Make Research a Regular Part of Your Writing Practice

What do the following books have in common:
  • Dinner with a Cannibal
  • A Natural History of the Senses
  • Basic Butchering of Livestock and Game
  • The Human Experiment: Inside Biosphere 2
  • Deep Survival: Who Lives, Who Dies, and Why
  • Radical Evolution: The Promise and Peril of Enhancing our Minds, our Bodies – and What it Means to be Human
  • The SAS Survival Guide
  • The Gift of Fear
Answer: They are some of my favorite research books.
There are many more, but these are the ones I leaned on heavily in the creation of UNDER THE NEVER SKY. I’ve found everything from minor details to major world-building ideas within the pages of the above books.
The best kind of research is the kind that feels effortless. It’s searching for information that excites you—that spurs ideas and makes you hungry to write. None of the books above were a chore to read. In fact, the process of reading and consulting these books has continued as I write the second book in the NEVER SKY trilogy. I dip into them often, scanning a few pages, reminding myself of the passages I noted.
I keep a stack of research books on my nightstand. DEEP SURVIVAL by Laurence Gonzales is currently at the top of the pile. This book is dog-eared and peppered with highlighted passages. I adore this book. I bought it up because I knew I’d be writing a story about survivors. My characters are people who regularly face life and death situations. Seeking to reconnect with that, I picked it up recently and randomly turned to a page. I found this underlined passage:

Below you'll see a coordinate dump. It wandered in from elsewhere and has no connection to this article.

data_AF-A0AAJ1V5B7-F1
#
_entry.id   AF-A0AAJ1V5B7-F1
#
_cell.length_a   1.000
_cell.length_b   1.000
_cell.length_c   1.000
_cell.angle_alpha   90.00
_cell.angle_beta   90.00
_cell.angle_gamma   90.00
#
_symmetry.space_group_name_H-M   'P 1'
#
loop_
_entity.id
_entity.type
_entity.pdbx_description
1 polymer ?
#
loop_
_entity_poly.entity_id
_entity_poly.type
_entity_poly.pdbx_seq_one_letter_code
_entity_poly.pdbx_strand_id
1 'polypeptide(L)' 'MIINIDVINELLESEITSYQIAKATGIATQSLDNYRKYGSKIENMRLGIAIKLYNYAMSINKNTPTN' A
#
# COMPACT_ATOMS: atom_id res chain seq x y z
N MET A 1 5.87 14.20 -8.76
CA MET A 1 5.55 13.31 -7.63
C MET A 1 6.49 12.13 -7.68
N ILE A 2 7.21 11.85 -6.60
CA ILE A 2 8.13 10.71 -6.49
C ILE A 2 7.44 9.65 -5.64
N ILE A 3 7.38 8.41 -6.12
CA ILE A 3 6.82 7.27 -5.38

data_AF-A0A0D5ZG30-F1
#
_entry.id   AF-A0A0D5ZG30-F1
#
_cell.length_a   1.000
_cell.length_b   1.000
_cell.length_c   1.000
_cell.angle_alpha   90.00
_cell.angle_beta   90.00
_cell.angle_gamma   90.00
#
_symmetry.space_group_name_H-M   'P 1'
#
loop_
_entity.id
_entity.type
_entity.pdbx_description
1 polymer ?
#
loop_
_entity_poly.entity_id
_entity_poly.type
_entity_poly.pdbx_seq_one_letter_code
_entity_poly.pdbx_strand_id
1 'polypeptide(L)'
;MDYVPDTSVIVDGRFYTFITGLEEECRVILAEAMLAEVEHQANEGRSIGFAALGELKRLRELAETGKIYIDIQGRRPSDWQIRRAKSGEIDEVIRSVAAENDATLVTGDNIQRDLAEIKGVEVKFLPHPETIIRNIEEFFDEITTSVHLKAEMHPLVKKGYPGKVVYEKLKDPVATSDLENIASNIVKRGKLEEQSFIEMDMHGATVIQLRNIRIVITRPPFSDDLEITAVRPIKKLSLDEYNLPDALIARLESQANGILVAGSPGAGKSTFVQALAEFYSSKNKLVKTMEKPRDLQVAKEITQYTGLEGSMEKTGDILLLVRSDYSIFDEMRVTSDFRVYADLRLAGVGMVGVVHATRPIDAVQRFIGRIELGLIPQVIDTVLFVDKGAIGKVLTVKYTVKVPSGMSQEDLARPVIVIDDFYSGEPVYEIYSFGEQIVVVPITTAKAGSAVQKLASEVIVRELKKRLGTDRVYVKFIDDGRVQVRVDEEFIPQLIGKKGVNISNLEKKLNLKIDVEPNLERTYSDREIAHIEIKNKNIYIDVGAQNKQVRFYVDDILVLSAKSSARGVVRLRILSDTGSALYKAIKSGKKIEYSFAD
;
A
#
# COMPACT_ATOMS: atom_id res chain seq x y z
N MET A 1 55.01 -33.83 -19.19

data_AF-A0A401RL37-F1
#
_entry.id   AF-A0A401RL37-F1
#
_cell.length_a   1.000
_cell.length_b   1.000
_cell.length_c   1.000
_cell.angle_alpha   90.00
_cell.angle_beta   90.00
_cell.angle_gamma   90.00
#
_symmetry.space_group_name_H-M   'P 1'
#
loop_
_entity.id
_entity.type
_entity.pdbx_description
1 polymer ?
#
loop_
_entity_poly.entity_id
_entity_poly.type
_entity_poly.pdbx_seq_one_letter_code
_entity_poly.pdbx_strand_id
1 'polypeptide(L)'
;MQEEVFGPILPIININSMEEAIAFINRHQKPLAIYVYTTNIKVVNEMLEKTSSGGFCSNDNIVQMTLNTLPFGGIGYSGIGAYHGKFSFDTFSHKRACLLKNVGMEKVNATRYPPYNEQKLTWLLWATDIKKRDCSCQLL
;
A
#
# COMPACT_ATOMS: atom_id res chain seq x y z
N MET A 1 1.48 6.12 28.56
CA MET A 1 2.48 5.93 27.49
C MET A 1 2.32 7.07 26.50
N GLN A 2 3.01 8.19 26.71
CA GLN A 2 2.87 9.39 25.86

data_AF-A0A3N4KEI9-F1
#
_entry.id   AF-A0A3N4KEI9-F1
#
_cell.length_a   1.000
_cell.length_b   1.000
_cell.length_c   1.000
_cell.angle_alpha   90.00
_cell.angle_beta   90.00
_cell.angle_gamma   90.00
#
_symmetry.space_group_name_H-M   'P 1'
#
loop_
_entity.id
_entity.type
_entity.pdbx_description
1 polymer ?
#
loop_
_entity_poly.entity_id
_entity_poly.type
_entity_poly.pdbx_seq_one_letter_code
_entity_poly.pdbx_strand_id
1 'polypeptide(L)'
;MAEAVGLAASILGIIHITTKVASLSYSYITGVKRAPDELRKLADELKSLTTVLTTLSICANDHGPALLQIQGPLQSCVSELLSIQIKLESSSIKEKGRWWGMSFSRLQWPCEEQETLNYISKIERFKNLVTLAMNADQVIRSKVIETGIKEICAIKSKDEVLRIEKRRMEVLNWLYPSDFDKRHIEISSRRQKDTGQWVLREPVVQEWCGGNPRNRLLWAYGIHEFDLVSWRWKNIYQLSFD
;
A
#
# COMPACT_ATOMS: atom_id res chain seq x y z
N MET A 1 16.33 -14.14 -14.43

“Killip had entered the final stage that separates the quick from the dead: not helpless resignation but a pragmatic acceptance of—even wonder at—the world in which he found himself… He had discovered the first Rule of Life: Be here now.”
Give me a minute as I do back-flips over the awesomeness of that bit of insight.
Knowing this—knowing that the people who live in dire situations are those who can accept and move on—gives me a fantastic window into how my characters will react in those moments. Those are the kinds of nuggets a research book can give you. An idea. The perfect detail. The right lens through which to view a situation.
Setting fiction aside completely, how wonderful is it to be reminded: Be here now?
For me, research is an ongoing practice. It’s that daily 30 minutes of aerobic exercise for your mind. It’s a reminder of the vastness and complexity of the human experience. A way to tap into all the million little details that make life interesting and rich. You can only benefit by bringing some of that into your fiction.
Dinner with a Cannibal: The Complete History of Mankind's Oldest Taboo
(Yes, I really do own this book.)
(And yes, it's quite informative and interesting.)


LOVE your choice of reading material, V! And thank you for recommending The Gift of Fear -- it was on my research pile, too!

Such a great thing to remind us, that there are loads of books out there to help us through our writing journeys.

You've got some great suggestions!

Thanks Katy and Deana! Research is one of the best parts of the journey, isn't it?

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